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Prime benefit is ventilation, nectar puts off plenty of moisture, secondary benefit is a few bees will take the easy road and not through the excluder, I do not care how they get to the nectar as long as they bring it home, bring it in girls!
 

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Local feral survivors in eight frame medium boxes.
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I hate holes in my boxes. I always seem to forget them when putting bee escapes on or put my hand in them when picking up a box, or forget to close them off when moving etc. There never seems to be anything handy to close them either.

On the other hand I love a top entrance...

http://www.bushfarms.com/beestopentrance.htm

But it doesn't require drilling holes...
 

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The hole isn't the best method to provide an entrance or to enhance ventilation. When I rehab old equipment, I plug any holes that have been drilled. It's easier to add a shim or to use an inner cover with a hole for a top entrance and for ventilation. I also hate having to remember to put the drilled box on top, etc. Too much work to keep track of.
 

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Have some in some old equipment that I bought a few years back. Most important to me, the bees use and seem to love them. I don't worry whether they're on the top or bottom, front or back, and they don't seem to mind. It's just another way to get in. Sure there's more entrances to protect, but often their wild hives have multiple entrances. As far as plugging them goes, grab a tuft of grass and fold it according to the size of the hole and plug it. I'll do that for winter and for moving. No problem. The only drawback that I've experienced, though not a big one, is when working the hive and the body with the hole is set off, the bees used to using that entrance will remain in a "holding pattern" until their entrance is returned. When the hive is real busy it makes for a lot of bees in the air. I have no plans of plugging any of mine and have considered drilling some in the bodies that don't have them. Another beekeeper, another point of view.:)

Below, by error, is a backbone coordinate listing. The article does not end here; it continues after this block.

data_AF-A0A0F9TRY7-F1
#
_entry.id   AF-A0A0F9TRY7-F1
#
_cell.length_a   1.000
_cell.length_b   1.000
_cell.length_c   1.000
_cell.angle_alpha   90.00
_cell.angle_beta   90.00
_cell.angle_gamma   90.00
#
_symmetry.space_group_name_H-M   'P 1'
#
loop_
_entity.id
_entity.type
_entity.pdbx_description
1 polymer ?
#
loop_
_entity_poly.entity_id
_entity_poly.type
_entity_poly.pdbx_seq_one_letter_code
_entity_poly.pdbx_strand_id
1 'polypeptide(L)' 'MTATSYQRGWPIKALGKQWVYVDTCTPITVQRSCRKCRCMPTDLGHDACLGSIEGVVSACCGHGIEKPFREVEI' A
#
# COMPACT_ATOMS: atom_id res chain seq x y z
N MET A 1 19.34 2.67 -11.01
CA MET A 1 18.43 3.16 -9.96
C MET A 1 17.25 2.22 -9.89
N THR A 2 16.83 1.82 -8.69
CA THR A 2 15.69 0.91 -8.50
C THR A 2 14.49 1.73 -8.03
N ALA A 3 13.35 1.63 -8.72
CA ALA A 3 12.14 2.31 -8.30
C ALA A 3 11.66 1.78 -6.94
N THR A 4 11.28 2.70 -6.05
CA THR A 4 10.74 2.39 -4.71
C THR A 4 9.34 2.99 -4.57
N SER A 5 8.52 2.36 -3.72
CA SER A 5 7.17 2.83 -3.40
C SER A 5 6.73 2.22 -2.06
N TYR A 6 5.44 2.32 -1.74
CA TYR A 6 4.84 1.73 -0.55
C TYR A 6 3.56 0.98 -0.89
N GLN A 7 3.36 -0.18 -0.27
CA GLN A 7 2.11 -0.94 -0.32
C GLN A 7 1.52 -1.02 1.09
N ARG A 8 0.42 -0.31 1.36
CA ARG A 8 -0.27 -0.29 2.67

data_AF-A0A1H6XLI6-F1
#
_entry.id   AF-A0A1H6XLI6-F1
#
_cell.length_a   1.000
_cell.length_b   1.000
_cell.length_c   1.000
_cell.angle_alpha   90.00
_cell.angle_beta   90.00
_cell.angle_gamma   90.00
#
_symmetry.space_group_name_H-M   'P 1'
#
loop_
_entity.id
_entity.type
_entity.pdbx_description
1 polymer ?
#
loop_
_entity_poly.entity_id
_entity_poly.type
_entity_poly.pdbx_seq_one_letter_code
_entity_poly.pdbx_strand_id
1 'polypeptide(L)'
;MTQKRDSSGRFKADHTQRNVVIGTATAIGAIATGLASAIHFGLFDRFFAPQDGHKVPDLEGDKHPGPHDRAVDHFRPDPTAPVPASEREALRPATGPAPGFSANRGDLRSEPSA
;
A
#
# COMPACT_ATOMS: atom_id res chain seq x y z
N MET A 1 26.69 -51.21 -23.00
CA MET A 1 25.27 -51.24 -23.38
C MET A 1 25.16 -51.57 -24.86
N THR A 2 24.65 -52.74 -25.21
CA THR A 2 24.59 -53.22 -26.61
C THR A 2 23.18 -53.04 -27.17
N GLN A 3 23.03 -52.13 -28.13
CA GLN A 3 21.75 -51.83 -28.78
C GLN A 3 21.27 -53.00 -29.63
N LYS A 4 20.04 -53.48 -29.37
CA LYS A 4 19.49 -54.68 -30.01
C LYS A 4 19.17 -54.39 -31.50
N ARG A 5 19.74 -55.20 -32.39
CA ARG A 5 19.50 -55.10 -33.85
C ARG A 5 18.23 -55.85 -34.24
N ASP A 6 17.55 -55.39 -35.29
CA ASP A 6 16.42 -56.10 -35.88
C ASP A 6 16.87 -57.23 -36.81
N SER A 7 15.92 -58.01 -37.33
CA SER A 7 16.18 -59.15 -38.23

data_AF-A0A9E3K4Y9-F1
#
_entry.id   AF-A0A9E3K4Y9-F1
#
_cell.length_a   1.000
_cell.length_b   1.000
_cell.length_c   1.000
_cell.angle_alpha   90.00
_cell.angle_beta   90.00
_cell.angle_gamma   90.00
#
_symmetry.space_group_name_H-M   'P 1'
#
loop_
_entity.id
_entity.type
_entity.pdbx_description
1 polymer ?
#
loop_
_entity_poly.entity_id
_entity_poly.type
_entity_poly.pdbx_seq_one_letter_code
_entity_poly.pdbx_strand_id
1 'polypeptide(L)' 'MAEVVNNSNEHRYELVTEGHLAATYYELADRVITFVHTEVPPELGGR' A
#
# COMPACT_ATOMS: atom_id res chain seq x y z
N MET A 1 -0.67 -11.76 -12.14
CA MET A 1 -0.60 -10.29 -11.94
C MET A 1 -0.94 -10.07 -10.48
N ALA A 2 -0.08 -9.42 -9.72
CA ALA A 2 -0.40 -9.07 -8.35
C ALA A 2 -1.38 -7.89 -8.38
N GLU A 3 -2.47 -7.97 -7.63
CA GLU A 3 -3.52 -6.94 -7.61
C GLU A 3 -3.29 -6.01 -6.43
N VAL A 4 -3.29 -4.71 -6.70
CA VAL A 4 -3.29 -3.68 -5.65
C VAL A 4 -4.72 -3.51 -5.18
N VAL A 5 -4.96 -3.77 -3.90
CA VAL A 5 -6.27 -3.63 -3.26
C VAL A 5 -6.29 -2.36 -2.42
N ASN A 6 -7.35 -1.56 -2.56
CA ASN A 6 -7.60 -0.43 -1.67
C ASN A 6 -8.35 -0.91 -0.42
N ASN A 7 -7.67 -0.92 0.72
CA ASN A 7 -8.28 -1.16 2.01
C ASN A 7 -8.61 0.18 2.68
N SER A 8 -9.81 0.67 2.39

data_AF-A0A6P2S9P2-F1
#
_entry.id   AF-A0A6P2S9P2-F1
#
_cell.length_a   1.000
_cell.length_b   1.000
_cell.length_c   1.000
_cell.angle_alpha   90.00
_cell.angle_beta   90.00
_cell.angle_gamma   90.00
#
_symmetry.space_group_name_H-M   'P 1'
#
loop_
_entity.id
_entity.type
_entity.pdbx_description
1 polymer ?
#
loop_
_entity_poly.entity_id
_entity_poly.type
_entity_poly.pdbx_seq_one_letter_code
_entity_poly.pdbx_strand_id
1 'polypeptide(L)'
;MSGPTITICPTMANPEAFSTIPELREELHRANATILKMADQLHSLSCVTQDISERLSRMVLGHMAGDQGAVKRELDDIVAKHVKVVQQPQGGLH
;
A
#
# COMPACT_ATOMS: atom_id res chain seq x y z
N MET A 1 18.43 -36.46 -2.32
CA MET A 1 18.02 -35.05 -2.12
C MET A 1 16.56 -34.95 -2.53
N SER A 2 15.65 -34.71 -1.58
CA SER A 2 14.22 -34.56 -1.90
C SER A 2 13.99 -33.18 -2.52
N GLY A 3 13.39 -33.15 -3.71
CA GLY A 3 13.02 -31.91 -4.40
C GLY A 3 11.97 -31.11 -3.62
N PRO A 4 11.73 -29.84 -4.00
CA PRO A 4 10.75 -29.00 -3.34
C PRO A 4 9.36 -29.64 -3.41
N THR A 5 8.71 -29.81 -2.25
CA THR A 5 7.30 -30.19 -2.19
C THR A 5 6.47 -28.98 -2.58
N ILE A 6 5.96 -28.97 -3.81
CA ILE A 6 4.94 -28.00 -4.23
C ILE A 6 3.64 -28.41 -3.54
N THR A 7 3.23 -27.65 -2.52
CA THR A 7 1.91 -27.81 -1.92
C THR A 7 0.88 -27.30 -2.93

Arvin
 

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I drilled a ¾ hole on each side of the finger grip just below the cover so rain will not get in. That was in December for winter ventilation as the snow piled up in front of the hive.
Yeah the bees seem to like landing up there and walking in but they also use the bottom. I cut up a ¾ inch dowel and spread the pieces around the pallets in the bee yard so they are available whenever I want to plug one. Rotated supers in the spring, plug the holes in the lower super and drill new ones in the top.
 

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I use "hive attics" as top covers....covers that are about as deep as a deep box with three holes drilled in either end. All came covered in screen to keep out robbers. Does very well for providing cross ventilation to remove moisture. I removed the center screen on one end to provide an upper entrance, but few bees seem to use it. Don't know if it's due to the distance from the actual super or not, but that's been my experience.
 
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